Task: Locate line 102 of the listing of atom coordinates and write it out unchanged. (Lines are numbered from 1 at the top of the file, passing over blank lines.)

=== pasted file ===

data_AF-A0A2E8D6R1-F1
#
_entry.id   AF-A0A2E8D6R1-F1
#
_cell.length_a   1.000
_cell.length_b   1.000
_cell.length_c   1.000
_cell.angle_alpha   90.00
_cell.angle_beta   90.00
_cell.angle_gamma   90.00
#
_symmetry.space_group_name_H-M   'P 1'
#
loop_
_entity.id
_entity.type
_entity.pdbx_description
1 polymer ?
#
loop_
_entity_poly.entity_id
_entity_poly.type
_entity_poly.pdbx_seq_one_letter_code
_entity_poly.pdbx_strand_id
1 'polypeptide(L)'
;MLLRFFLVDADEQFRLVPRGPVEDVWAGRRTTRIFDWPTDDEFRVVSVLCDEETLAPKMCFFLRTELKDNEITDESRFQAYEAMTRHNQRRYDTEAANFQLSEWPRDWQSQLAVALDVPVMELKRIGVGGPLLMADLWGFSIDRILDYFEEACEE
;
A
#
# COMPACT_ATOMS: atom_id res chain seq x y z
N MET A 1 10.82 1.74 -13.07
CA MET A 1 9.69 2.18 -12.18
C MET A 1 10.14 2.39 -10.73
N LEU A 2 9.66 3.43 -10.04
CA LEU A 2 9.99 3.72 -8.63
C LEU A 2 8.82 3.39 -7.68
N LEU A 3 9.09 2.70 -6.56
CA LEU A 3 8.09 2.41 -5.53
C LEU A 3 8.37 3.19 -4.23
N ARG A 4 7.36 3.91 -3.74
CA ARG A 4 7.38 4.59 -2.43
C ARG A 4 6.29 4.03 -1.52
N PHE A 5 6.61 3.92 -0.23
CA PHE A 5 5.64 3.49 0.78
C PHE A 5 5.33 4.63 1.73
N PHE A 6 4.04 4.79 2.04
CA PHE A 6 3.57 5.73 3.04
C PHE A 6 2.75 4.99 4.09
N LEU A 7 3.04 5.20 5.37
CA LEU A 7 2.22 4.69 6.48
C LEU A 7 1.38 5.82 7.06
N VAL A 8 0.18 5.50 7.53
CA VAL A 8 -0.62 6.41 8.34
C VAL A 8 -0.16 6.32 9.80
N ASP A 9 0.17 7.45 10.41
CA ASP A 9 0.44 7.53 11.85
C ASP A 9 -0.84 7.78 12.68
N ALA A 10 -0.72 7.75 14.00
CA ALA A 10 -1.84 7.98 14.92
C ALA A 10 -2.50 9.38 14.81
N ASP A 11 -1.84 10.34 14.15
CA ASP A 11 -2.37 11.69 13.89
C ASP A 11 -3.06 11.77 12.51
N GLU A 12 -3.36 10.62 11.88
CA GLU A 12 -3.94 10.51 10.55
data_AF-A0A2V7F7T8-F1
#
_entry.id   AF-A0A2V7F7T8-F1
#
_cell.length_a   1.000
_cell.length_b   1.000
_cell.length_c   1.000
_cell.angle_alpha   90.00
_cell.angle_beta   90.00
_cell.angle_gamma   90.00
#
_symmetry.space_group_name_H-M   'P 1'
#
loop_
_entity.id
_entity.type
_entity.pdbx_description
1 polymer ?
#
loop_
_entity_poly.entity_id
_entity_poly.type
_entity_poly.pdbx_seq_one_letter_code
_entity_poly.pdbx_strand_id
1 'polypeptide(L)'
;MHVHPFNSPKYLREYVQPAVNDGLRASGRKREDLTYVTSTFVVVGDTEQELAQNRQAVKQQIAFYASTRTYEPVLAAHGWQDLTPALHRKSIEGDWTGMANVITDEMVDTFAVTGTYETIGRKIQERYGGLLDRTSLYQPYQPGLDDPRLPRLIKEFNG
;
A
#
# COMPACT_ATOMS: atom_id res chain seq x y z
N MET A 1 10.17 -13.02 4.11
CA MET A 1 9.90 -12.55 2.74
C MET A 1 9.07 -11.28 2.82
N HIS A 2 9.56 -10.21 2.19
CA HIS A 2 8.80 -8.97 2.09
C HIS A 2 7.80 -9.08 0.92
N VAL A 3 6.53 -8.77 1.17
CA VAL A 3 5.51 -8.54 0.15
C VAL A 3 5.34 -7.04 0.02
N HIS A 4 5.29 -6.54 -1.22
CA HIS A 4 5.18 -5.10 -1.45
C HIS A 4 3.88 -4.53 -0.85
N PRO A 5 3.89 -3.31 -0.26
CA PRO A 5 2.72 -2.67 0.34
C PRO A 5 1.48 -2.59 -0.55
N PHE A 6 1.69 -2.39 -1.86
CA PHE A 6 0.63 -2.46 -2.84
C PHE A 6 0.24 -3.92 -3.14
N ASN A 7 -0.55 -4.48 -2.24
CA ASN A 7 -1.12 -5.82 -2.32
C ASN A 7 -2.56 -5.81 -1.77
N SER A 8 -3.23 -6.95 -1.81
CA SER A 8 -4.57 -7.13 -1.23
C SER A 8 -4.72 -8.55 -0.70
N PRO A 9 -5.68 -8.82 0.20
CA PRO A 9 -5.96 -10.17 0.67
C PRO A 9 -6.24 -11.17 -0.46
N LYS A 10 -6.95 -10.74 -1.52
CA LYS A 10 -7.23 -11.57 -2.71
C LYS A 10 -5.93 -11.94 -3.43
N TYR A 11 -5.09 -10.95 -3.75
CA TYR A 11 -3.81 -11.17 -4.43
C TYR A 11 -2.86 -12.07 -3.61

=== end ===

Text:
N VAL A 3 6.53 -8.77 1.17